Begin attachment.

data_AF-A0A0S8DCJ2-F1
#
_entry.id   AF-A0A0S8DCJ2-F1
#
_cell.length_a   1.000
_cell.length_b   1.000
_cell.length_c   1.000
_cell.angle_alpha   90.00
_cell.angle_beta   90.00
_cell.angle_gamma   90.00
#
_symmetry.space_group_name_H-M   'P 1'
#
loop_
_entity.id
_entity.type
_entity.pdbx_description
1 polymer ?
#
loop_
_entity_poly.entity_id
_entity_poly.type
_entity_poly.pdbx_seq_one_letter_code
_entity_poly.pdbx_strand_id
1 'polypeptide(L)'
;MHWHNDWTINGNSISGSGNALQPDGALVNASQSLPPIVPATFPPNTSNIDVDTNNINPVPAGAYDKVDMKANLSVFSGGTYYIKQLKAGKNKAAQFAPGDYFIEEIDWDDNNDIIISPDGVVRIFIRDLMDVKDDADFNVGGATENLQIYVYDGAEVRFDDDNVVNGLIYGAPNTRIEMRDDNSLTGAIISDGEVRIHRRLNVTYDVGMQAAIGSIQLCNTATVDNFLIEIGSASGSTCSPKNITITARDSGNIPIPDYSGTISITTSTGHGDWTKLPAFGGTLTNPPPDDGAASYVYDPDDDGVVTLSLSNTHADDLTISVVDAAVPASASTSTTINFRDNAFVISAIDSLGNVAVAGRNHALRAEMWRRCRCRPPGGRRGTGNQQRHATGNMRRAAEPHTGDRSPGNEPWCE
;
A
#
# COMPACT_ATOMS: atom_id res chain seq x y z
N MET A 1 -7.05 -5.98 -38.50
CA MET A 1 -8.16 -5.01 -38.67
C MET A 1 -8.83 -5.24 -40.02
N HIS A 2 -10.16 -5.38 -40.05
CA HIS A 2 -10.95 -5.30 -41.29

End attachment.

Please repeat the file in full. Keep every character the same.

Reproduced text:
data_AF-A0A0S8DCJ2-F1
#
_entry.id   AF-A0A0S8DCJ2-F1
#
_cell.length_a   1.000
_cell.length_b   1.000
_cell.length_c   1.000
_cell.angle_alpha   90.00
_cell.angle_beta   90.00
_cell.angle_gamma   90.00
#
_symmetry.space_group_name_H-M   'P 1'
#
loop_
_entity.id
_entity.type
_entity.pdbx_description
1 polymer ?
#
loop_
_entity_poly.entity_id
_entity_poly.type
_entity_poly.pdbx_seq_one_letter_code
_entity_poly.pdbx_strand_id
1 'polypeptide(L)'
;MHWHNDWTINGNSISGSGNALQPDGALVNASQSLPPIVPATFPPNTSNIDVDTNNINPVPAGAYDKVDMKANLSVFSGGTYYIKQLKAGKNKAAQFAPGDYFIEEIDWDDNNDIIISPDGVVRIFIRDLMDVKDDADFNVGGATENLQIYVYDGAEVRFDDDNVVNGLIYGAPNTRIEMRDDNSLTGAIISDGEVRIHRRLNVTYDVGMQAAIGSIQLCNTATVDNFLIEIGSASGSTCSPKNITITARDSGNIPIPDYSGTISITTSTGHGDWTKLPAFGGTLTNPPPDDGAASYVYDPDDDGVVTLSLSNTHADDLTISVVDAAVPASASTSTTINFRDNAFVISAIDSLGNVAVAGRNHALRAEMWRRCRCRPPGGRRGTGNQQRHATGNMRRAAEPHTGDRSPGNEPWCE
;
A
#
# COMPACT_ATOMS: atom_id res chain seq x y z
N MET A 1 -7.05 -5.98 -38.50
CA MET A 1 -8.16 -5.01 -38.67
C MET A 1 -8.83 -5.24 -40.02
N HIS A 2 -10.16 -5.38 -40.05
CA HIS A 2 -10.95 -5.30 -41.29